The Erotic versus the Realistic: Sex in Slash Fiction
|Title:||Did You Notice? It's Fandom, Not Wal-Mart|
|Date(s):||September 2, 2003|
|External Links:||The Erotic versus the Realistic: Sex in Slash Fiction, Archived version|
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The Erotic versus the Realistic: Sex in Slash Fiction is an essay by Morgan )0(.
It is part of the Fanfic Symposium series.
Can someone explain to me what the big deal is about realism in slash sex? I've seen so many posts and rants on this subject lately, beating the drum of realism in slash. I have to confess, I don't get it.
I understand that there's a suspension of disbelief issue. I know that it's hard to find a sex scene sexy if the contortions are so extreme you know the plumbing couldn't possibly hook up, or if there’s some other reason you’re sitting there thinking, Nah, that’s impossible. I am aware that men don't generally have multiple orgasms and that when they do the second one ain't worth much. I know that an anus isn't a vagina and doesn't work like one, and that spit makes a lousy lubricant.
I know all that, and I respect it. But there's a difference between believable fictional sex and realistic fictional sex.
Slash is not about gay men. Most of the time, it's not even about men (which might shock the hell out of some slash writers, but it's true just the same). It's about fictional characters, fantasy figures, nominally male and nominally human, but basically non-existent. This holds true even in RPS, as the stories in RPS fandoms bear very little resemblance to the subject’s real life. This is an essential point that I think some slash fen seem to be missing. These people are not real, they don't live real lives and they don't live in the real world. In the real world Colonel Jack O'Neill wouldn't accept a civilian archaeologist who can't stop sneezing as part of his team on what was supposed to be a suicide mission. In the real world Blair Sandburg could never be partner to a real cop (a three-month ride-along, maybe, but not a four-year partnership). If Immortals existed in the real world, Methos would have taken Duncan's head under that bridge. If there were real vampires and real Slayers, Buffy would have stayed dead the first time, let alone the second. Real life works that way. It's messy, it's unpleasant and Murphy's Law is a law of nature.Fan fiction automatically starts with an unrealistic premise (whatever the canon might be) and slash moves even further away from the land of realism by placing the characters in a homosexual relationship. With very few exceptions, these are canonically heterosexual characters. Yes, yes, I know there's rarely ultra-specific canon on sexuality and just because he’s been married or has ex-girlfriends/current female lovers in canon doesn't that doesn’t justify the automatic assumption that he's straight. Sure, and I'm Mary Whitehouse. Look, I'm willing to concede that the presence of female love interests doesn’t make these characters canonically heterosexual. But the absence of homosexuality does. At least in a TV canon set in the modern world.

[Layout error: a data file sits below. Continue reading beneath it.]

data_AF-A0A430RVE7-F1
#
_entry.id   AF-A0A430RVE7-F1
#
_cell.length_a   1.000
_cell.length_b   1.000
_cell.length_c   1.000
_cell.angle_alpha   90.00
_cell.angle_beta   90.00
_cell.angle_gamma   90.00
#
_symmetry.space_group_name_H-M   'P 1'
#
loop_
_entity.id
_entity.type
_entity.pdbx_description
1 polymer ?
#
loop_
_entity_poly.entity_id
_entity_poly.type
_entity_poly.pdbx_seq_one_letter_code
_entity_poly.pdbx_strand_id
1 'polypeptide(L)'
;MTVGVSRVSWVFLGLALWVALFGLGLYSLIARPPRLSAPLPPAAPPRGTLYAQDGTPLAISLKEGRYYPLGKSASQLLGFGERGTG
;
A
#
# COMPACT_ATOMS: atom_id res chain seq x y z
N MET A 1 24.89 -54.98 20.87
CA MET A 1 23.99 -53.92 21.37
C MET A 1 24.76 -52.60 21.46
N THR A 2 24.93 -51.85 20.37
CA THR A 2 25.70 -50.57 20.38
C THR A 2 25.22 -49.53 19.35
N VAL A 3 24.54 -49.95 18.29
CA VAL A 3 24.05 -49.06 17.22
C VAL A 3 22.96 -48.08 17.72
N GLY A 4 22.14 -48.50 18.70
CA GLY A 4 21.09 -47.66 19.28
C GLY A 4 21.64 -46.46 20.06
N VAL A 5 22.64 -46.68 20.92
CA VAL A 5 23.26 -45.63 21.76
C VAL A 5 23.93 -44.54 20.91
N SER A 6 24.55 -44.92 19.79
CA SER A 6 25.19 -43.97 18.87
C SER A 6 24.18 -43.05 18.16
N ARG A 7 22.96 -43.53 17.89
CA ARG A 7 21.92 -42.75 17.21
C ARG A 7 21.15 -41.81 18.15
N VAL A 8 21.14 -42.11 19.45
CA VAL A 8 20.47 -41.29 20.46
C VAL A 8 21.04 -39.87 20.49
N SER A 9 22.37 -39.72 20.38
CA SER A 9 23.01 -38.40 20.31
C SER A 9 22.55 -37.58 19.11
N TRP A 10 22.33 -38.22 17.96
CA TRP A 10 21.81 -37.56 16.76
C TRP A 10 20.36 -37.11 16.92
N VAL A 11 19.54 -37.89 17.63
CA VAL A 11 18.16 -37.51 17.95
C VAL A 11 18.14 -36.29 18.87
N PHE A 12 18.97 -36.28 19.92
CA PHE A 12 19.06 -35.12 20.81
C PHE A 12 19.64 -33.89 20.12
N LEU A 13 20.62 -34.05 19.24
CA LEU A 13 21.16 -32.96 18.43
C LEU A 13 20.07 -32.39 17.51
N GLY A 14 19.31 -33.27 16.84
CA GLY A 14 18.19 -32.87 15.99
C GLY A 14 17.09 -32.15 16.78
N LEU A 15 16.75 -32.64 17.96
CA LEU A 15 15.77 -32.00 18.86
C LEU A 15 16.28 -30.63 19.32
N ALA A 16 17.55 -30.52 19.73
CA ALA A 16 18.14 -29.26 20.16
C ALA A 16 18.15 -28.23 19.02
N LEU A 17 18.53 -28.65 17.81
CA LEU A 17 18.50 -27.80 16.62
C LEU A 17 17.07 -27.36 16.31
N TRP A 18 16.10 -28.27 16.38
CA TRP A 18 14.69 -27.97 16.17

Reactions and Reviews
I don't think that the concerns about squicking readers through TMI are really restricted to slash--concerns about appearance, noises, smells, and effluvia of body parts are also present in writing hetsmut. Not for nothing is the general process referred to as "bumping uglies."
I'm not familiar with slash stories with more-or-less contemporary settings (although I've read that there's a whole subgenre of Pros AIDSfics), but I'd think you could generate chapters of, e.g., Starsky and Hutch have celebration sex after Hutch's last-minute home run wins the Gay Cops v. Gay Firemen softball game; STarsky and Hutch have make-up sex after fighting about whether Starsky's Mom will have a heart attack if they come out to her; Starsky and Hutch are unable to have sex for a while because they're busy finding the evidence that convicts a homophobic politician of a series of gruesome killings of hustlers...well, you see where I'm going with this.I'm pretty tired of coming out stories, but of course they play an important role for the real-life people who go through them, and can be just as important to fictional characters embroiled in them, and it's a valuable challenge to writers to keep them fresh. 
Maybe it's my different RL and fannish background but I *can* see evidence of queerness in the characters I write about. In fact if I can't see that little spark I can't write the story. I'm not at all a fan of coming out stories or even first-time stories in fanfic or other literary media - I read enough lesbian coming out stories ten years ago to know the formula off by heart - but the latter are sometimes needed at the start of a longer story if it involves a relationship because that has to have started *somewhere*.The lack of realism in slash for me isn't anything to do with the sex (I don't like PWPs either) so much as to do with whether or not I can relate to the characters and mostly I can't. Then again this is also true of a lot of the het I've read and some of the gen, although the latter tend to be more plot-driven in a lot of cases so it's maybe not as noticeable.